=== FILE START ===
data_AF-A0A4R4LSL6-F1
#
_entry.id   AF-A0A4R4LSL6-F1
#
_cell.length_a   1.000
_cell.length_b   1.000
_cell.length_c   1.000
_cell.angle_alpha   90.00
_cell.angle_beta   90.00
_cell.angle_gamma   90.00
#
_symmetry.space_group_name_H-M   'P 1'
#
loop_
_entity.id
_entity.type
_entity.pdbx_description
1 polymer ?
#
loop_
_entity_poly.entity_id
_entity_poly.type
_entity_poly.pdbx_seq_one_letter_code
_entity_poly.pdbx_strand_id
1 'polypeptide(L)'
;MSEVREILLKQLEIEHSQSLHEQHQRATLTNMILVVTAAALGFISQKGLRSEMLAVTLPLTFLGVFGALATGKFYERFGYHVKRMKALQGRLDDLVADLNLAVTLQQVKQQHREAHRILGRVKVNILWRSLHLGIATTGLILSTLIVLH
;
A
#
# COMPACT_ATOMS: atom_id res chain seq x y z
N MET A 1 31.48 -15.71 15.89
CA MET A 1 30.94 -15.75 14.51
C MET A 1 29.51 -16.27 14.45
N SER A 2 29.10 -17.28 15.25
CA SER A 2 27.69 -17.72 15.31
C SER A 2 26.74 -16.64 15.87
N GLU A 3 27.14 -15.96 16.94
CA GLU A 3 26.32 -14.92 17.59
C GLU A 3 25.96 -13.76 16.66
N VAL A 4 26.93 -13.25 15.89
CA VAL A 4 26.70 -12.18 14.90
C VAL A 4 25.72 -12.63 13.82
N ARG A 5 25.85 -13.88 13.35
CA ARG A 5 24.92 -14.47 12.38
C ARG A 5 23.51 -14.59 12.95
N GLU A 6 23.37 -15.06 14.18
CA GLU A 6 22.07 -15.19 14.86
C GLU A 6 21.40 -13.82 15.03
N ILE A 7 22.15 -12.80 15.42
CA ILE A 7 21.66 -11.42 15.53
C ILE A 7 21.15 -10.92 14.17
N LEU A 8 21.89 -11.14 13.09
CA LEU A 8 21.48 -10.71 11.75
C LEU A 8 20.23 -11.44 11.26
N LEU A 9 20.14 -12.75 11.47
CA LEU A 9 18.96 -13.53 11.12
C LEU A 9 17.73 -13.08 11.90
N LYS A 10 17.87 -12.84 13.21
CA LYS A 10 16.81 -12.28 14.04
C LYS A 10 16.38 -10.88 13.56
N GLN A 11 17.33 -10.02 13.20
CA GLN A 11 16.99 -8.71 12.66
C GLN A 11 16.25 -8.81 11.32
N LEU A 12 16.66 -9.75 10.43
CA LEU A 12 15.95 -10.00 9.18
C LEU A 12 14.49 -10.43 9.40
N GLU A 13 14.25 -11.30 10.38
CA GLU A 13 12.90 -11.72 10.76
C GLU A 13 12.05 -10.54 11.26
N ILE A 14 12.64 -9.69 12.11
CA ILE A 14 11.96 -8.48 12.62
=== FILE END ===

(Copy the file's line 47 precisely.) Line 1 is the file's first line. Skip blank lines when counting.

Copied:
CA GLU A 6 22.07 -15.19 14.86